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On my website I am trying to program a feature where a user can choose to get 'updates' from another user. When a user clicks 'receive updates,' it throws that users ID in the database, alongside with other users they want to receive updates from. For Example (4,5,6,7,8). My tables look like this

members | updates
     id | id
updates | member_id 
        | content
        | content_date

When I query the database I want to pull out of the updates table only the updates from the already specified users in members:updates.

$sql_updates = mysql_query("SELECT * 
                              FROM updates a, 
                                   members b 
                             WHERE a.member_id IN b.updates 
                          ORDER BY a.content_date DESC 
                             LIMIT 10");

while($row = mysql_fetch_array($sql_updates)) {

Is this the best way to go about it?

share|improve this question
Does the b.updates column store the values as a comma delimited list? – OMG Ponies Jul 12 '11 at 1:41
@dystopia: the answer by @Kerrek SB was first and correct – gbn Jul 12 '11 at 2:12
up vote 4 down vote accepted

First off, spell you column names correctly -- mem_id or member_id, what shall it be? Second, this is just a plain inner join:

SELECT AS mem_id, updates, content, content_date
FROM members JOIN updates ON( = updates.member_id)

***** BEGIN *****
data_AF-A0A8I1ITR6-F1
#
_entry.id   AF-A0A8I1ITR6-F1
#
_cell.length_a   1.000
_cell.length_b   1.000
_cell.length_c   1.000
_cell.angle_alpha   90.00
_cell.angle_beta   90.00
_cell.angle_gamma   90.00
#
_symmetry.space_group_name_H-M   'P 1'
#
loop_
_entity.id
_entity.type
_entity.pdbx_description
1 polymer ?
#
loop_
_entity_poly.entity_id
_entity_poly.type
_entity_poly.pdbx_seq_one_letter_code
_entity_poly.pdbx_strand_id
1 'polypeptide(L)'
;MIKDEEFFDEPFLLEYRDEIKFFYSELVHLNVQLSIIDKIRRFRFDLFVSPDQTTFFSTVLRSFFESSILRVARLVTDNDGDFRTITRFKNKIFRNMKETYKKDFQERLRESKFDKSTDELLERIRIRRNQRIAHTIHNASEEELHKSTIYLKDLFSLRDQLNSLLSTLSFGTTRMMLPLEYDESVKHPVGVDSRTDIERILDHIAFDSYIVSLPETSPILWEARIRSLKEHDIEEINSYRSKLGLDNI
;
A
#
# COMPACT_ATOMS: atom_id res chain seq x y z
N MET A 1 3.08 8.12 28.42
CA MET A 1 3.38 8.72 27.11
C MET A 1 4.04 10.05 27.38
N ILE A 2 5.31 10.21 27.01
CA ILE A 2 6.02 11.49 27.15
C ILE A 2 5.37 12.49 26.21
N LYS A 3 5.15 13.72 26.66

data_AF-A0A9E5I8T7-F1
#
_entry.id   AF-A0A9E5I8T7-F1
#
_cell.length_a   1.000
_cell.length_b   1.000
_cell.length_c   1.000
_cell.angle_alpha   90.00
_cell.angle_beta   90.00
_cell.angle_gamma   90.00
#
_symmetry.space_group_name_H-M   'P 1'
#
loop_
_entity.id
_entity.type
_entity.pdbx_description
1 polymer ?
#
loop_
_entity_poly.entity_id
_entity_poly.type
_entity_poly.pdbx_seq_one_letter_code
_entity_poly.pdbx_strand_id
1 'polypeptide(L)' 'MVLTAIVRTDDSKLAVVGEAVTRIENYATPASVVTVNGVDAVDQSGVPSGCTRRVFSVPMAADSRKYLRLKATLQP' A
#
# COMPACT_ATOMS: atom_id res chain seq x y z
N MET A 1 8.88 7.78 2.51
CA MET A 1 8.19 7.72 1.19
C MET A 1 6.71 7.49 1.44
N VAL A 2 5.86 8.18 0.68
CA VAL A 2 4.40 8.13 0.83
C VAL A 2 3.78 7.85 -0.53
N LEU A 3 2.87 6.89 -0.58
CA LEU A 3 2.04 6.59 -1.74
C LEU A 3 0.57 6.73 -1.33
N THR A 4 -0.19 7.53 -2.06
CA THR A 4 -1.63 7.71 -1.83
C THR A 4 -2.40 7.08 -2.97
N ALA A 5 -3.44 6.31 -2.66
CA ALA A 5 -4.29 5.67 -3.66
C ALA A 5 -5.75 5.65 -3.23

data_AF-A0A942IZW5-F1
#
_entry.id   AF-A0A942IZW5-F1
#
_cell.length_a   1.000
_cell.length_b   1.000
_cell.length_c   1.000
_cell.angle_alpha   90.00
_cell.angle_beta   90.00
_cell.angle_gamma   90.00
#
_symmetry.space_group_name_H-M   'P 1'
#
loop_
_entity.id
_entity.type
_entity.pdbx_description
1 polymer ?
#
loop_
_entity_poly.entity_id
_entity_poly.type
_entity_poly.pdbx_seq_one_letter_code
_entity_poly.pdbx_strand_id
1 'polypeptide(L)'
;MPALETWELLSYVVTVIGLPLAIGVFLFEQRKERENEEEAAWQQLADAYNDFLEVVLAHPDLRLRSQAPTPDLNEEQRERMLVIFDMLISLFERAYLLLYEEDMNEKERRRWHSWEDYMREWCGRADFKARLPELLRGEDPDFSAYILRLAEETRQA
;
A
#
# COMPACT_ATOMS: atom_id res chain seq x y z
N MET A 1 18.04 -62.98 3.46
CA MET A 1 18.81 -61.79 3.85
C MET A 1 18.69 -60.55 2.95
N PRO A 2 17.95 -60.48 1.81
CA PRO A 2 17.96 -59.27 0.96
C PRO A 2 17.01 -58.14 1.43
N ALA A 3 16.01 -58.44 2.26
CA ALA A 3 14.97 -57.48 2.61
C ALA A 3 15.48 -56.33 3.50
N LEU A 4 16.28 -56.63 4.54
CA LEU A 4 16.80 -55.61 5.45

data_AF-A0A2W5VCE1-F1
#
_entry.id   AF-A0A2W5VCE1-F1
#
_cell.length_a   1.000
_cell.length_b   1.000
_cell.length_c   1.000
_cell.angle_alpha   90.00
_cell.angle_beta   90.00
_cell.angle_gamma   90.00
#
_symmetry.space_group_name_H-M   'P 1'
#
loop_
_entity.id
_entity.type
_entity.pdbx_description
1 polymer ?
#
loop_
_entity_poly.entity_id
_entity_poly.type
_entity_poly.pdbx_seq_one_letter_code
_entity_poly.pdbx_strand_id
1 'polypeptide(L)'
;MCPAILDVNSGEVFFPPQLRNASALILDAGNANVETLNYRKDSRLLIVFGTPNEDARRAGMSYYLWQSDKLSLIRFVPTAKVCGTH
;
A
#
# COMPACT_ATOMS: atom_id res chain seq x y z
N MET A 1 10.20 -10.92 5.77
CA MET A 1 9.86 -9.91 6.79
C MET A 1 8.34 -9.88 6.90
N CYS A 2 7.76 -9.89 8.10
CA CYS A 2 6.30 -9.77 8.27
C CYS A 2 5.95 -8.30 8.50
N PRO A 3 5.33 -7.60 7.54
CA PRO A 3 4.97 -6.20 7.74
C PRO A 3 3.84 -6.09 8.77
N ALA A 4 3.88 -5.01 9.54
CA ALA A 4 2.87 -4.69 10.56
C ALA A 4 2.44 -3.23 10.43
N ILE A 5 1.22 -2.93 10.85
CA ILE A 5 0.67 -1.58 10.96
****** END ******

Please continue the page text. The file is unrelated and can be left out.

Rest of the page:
ORDER BY content_date DESC
share|improve this answer
didn't mean to have mem_id in there, typed it up in a hurry. Thanks! – dystopia Jul 12 '11 at 1:56

in Mysql "IN" is like "OR" of programming operator if you are suing IN you need to provide an array of b.updates not just the column updates or use subquery to return array

$sql_updates = mysql_query("
SELECT * FROM updates a, members b 
WHERE a.mem_id IN (SELECT updates from members)
ORDER BY a.content_date DESC LIMIT 10");

Other or better way could be using JOIN

$sql_updates = mysql_query("
SELECT * FROM updates a JOIN members b ON (a.mem_id = b.updates) 
ORDER BY a.content_date DESC LIMIT 10");
share|improve this answer
Thank you! Worked like a charm. – dystopia Jul 12 '11 at 1:57

I would recommend using a third table "subscriptions" which would link "members" and "updates" tables.

Sample table structure:


For each subscription (click on "receive updates"), you would create a row in "subscriptions" table.

share|improve this answer

A join can give you extra results in cases where an in would make sense. Usually I recommend the exists operator because it performs the same as a join but gives the behavior of an in. You can save yourself using a distinct later on.

$sql_updates = mysql_query("SELECT * 
                              FROM updates a
                      where exists (select * from members b                              
                        WHERE a.member_id  b.updates)
                          ORDER BY a.content_date DESC 
                             LIMIT 10");
share|improve this answer

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